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Animal experts warn about handling birds that appear to be sick

Courtesy of the federal Centers for Disease Control

More than 30 cases of Avian flu have been reported in Washington this year.

Washington Department of Fish and Wildlife officials are issuing a new warning related to Avian flu. If you discover any wild birds that appear to be sick, do not try to take care of them yourself.

Fish and Wildlife spokeswoman Staci Lehman says the agency is discouraging well-intentioned people from spreading the illness.

“By picking up a sick bird there is a small chance the virus could pass to humans," she said. "The other concern is they're going to transport that bird somewhere, possibly to try to take care of it themselves or to take it to a rehabilitator or vet’s office. And that could potentially spread the virus to where it doesn't already exist.”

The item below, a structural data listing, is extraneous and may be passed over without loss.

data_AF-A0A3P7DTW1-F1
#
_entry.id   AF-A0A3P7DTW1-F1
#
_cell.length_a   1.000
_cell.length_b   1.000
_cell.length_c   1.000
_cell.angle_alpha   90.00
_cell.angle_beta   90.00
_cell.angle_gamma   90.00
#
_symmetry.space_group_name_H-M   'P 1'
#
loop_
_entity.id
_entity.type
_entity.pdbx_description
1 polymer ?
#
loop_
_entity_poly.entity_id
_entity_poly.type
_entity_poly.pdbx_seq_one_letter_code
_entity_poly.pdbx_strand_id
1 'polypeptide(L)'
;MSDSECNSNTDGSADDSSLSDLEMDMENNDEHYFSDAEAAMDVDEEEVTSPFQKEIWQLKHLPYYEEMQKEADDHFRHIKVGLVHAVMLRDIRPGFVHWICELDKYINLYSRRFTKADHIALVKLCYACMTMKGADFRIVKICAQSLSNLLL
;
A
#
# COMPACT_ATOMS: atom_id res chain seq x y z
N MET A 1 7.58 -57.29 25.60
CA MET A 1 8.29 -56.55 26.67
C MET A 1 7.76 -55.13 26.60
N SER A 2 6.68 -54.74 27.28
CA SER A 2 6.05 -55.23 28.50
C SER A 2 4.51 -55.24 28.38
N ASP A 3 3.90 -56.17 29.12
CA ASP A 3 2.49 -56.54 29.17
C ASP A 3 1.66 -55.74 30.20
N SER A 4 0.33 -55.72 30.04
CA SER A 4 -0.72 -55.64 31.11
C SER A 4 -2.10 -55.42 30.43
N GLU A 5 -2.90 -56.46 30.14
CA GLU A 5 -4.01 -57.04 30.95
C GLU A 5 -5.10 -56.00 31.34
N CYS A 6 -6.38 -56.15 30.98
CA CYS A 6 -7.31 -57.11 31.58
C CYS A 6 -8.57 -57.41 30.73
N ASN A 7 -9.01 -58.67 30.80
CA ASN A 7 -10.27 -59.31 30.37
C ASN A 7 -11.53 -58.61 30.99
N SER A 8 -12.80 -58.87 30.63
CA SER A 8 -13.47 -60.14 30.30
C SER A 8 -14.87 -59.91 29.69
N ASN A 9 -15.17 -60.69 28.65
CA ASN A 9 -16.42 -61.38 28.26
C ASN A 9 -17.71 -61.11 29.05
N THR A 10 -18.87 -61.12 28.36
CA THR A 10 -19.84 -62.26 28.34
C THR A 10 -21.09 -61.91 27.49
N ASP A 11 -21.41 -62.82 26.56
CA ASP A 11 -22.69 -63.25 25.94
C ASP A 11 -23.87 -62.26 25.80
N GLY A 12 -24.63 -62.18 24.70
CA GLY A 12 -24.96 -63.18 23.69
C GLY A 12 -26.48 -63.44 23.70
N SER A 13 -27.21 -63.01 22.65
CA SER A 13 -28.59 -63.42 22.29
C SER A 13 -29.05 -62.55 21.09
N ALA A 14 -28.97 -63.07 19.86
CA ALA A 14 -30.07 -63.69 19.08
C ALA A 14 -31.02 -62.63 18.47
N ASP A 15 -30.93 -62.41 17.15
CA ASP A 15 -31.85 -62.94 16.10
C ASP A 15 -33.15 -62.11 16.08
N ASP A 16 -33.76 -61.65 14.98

Lehman says there has been one instance reported in the U.S. in which a human caught the virus from a bird they had extended contact with.

She urges people to report any cases of sick wild birds on the Washington Department of Fish and Wildlife website.

The agency also wants to hear about cases of wild birds found dead. Lehman has a different recommendation in that case.

“Pick it up and wear gloves or use a plastic bag. Cover your hands very well, bag it up, tie it real good, double bag it if you can, and push it down in the trash really far so if anything like a dog or raccoon gets into your trash they can't get to it," she said.

Lehman says 32 positive cases of avian flu have been reported in the state, three in Spokane County.